Formed by a Wisconsin glacier 20,000 years ago and the former site of railroad lines, Forest Park is both a gem for nature lovers and very accessible via different buses running in Queens. This park has a “knob and kettle” terrain, meaning there are stretches of small hills. There are also bridle paths.
Its trail names are easy to remember; there’s the the 1.7-mile Blue Trail, which winds through an old-hickory forest and kettle ponds, the 1 mile Yellow Trail, and the 2.4-mile Orange Trail, which winds along the park’s perimeter.
10. Prospect Park, Brooklyn
Though it was constructed by the same designers behind Central Park, Prospect Park is much more known for its wetlands and raw nature than Central Park is, making it great for hiking. With at least four main trails, all of which are one mile or less and “easy” level, Prospect Park is a nature-loving New Yorker’s paradise.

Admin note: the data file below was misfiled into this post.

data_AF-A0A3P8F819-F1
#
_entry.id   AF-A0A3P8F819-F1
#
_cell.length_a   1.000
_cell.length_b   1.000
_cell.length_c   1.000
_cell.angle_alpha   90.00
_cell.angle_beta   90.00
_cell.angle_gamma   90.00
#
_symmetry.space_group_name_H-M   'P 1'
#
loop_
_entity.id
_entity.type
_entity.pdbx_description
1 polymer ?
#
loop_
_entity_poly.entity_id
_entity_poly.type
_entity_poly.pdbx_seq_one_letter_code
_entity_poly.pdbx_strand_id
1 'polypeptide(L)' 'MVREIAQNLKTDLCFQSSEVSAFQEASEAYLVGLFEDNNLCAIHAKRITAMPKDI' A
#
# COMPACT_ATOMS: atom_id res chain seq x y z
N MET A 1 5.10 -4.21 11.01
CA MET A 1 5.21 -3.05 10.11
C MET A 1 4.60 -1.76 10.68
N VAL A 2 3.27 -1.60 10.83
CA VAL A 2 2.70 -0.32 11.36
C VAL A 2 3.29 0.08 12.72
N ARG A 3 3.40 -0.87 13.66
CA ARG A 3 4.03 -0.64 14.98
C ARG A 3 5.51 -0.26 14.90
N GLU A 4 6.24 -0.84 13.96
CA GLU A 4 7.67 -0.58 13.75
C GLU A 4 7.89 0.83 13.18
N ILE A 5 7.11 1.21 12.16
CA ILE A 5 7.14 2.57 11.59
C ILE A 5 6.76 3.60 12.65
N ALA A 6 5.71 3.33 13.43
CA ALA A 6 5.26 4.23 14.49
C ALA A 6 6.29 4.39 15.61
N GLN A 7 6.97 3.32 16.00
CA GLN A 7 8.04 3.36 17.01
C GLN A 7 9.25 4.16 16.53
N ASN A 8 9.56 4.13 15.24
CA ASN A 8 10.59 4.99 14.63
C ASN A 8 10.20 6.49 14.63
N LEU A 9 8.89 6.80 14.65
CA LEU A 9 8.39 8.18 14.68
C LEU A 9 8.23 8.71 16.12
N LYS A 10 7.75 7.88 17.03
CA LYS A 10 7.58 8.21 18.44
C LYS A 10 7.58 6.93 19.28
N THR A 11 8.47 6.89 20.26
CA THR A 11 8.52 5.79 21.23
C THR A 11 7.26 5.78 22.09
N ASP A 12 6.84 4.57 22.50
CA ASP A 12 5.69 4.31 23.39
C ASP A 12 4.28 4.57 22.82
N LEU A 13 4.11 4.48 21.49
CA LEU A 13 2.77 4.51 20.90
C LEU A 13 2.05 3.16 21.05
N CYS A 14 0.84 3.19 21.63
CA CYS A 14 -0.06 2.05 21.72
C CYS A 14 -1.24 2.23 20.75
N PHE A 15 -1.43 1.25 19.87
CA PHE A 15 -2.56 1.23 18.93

The Lullwater Trail will show you an abundance of birds and wildlife, the Midwood Trail is home to Prospect Park’s largest trees and loops through the Audubon Center and the Peninsula Trail allows for exquisite views, fishing, and even more wildlife. Most notably, the Waterfall Trail will show you the source of the Lake, and you’ll also see six waterfalls along the watercourse.
9. Bronx River Greenway, The Bronx
In Westchester County lies an 18-mile, fragmented stretch (soon to be 23 miles) of greenery called the Bronx River Greenway running along the Bronx River Parkway. It is the only trail in New York City along a freshwater river. Though certain areas of the park offer more solitude and isolation than others, it is nonetheless an ideal area to get away from the busyness of New York City.
Some of the most significant sections of this park are Muskrat Cove, a segment of woodland named for a population of muskrats living within its banks, Shoelace Park, and the Bronx River Forest, which contains some of the last remaining old growth forest in New York City. There’s also Soundview Park – if you walk down a certain dirt path you’ll reach the tip of a jetty that provides scenic views of the junction of the Bronx and East Rivers.
8. Jamaica Bay Wildlife Refuge, Queens